Two weekends ago weekend we removed the pantry, room divider, one twin bed, and the upper cabinets (basically everything down the streetside of the Airstream).  With some prying, chiseling, and luck we were able to remove the first section of flooring (the piece previously hinged up). With that piece up we could get a good view into the frame and cross-members.  Again, some surface rust but nothing that looked completely rusted through.

We spent the remainder of the day Dremeling elevator bolt heads out of the C channel around the perimeter of the curved front section of wood subflooring. Between each bolt was a nail that had a T head barely protruding above the aluminum. Prying these out was next to impossible as most broke. As daylight dwindled, we lassoed the flooring through a chiseled out hole and try to tug it free of the frame.  No dice.  Apparently those broken nails were holding better than expected.  We picked up some reinforced Dremel cut-off disks to make the job a bit easier the next time we tackled the elevator bolts.

This past weekend we re-assessed the front flooring section.  With the new cut-off disks, we carefully trimmed the nail heads flush to the C channel. We then used a nail to punch the rusted nail shank through the flooring.  This turned out to be quite effective at removing the remaining nails.  Unfortunately, there were two more elevator bolts we originally missed in the middle of the flooring.  More chiseling, Dremeling, and prying dropped those bolts out as well.  From what we could see, the flooring was completely free of fasteners.  Still no luck with removal, though.  Time to get out the circular saw.  With two passes down the middle of the flooring (being careful not to cut into the frame) we were able to remove the center of the floor (a piece that aligned with the front window). Now that we had some leverage room, the two side curves were removed quite easily.  Only a small portion of the streetside curve crumbled to sawdust and will have to be approximated.  At this point, our backs were sore and we recognized we couldn’t pull up any more flooring until we remove the kitchen cabinets and sink.  Instead of that undertaking (the garage is getting full already!) we disassembled and labeled all of the wiring connected to the Airstream control panel.  It turns out all of the 12 volt wiring is stranded copper and all of the 120 volt wiring is aluminum.  So I guess the upside is that we only have to replace half of the wiring, not all of it. Grrr…  At this point everything is removed down the streetside and we are now ready to tackle the curbside.  That’s what next weekend is for, right?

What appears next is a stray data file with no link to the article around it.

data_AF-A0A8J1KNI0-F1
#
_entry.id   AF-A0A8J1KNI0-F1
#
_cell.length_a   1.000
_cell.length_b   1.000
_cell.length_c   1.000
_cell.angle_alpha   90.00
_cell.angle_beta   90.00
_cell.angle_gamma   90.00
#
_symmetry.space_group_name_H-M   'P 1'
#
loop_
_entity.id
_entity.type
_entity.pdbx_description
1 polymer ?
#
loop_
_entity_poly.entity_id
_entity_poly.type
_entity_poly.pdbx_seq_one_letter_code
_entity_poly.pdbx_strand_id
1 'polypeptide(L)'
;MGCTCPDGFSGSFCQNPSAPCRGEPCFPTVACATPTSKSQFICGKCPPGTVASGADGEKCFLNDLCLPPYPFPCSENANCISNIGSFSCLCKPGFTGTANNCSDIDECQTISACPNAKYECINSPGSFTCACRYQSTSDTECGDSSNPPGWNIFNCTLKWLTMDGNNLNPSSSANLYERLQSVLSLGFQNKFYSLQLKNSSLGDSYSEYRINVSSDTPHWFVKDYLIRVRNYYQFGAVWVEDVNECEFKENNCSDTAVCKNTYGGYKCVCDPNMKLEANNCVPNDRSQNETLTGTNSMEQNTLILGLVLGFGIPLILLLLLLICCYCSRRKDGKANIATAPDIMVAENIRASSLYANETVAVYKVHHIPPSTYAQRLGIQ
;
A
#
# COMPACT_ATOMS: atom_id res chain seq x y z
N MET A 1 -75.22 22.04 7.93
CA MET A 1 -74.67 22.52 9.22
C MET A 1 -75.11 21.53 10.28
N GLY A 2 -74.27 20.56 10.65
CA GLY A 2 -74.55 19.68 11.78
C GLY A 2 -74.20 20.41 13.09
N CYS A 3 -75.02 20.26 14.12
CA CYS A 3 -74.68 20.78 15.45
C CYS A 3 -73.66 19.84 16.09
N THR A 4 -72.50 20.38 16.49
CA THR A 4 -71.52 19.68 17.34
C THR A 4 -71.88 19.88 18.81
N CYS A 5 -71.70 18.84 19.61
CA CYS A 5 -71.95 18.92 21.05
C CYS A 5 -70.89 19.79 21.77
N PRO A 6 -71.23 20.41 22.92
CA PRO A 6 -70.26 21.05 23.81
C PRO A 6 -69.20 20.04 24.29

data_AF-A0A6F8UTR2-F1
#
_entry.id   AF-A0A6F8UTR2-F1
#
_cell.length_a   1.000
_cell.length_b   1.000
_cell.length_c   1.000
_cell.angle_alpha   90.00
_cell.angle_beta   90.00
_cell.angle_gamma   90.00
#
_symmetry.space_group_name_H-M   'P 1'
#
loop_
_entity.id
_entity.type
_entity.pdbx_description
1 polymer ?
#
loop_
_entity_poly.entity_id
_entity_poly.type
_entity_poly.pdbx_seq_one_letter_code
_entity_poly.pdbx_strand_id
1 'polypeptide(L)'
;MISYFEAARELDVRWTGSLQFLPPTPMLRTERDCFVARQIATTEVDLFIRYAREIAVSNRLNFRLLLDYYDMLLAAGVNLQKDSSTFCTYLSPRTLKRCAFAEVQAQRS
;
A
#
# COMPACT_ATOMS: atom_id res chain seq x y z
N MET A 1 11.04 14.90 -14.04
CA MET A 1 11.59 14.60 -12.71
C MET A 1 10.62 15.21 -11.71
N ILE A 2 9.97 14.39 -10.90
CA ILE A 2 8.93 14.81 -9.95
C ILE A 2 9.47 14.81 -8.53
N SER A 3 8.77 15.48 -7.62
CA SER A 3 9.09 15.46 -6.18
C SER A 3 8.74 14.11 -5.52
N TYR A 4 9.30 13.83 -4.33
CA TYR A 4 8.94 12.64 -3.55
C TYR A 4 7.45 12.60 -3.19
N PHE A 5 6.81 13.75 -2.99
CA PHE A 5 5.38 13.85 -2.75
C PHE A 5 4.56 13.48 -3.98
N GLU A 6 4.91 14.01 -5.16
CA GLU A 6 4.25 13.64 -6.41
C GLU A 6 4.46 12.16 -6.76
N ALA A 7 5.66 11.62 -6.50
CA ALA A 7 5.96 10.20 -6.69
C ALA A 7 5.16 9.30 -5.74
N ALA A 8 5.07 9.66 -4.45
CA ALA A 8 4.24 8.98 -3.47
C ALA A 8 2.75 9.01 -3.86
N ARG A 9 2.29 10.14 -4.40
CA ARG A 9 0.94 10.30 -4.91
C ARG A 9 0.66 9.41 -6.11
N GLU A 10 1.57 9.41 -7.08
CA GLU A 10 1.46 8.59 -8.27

As promised, we ripped into the Airstream’s flooring Sunday.  Let’s just rub it in a bit that it was 75 degrees and sunny.  Not bad for renovation weather.  Anyway, we started by detaching the fresh water tank (completely, totally nasty inside), unhooking the water pump, and removing the fold-out table. From there it was on to rivet drilling.  How much fun!  We pulled out the front lower panels from the door around to the street-side window.  That panel seems to run from the window to the bedroom, so we have a bit of cabinetry removal before that piece comes out.

We could already see that the bolts around the floor edge were rusted. We also saw on closer inspection that the Airstream floor had been repaired in the past as it was held in by multiple screws, nails and a few elevator bolts. It took careful scraping with a dental pick to remove the rust from the screw heads so that a screwdriver would bite enough to back them out.   We tackled the rusted bolts with the Dremel and heavy duty cutting disks.  We’re getting through about one bolt per disk.  Not exactly speedy; we’ll need to research some reinforced disks for this work.

Today we had a little daylight after work so we prodded and pried a two-foot wide board out in front of the door.  We had to chisel around the elvator bolts to remove the wood.  There’s still one bolt attaching the shell to the floor that only allows us to hinge the board up, but we can see underneath and… surprise! the steel looks pretty good.  Sure, there is surface rust, but it’s nothing like the rotted out mess we expected.

We agreed to spend another night this week consolidateing/tidying the garage to make room for the removed woodwork.  The Airstream is getting pretty crowded with removed walls, couch assemblies, etc. Here’s looking forward to an upcoming weekend with more floor removal and frame exposure.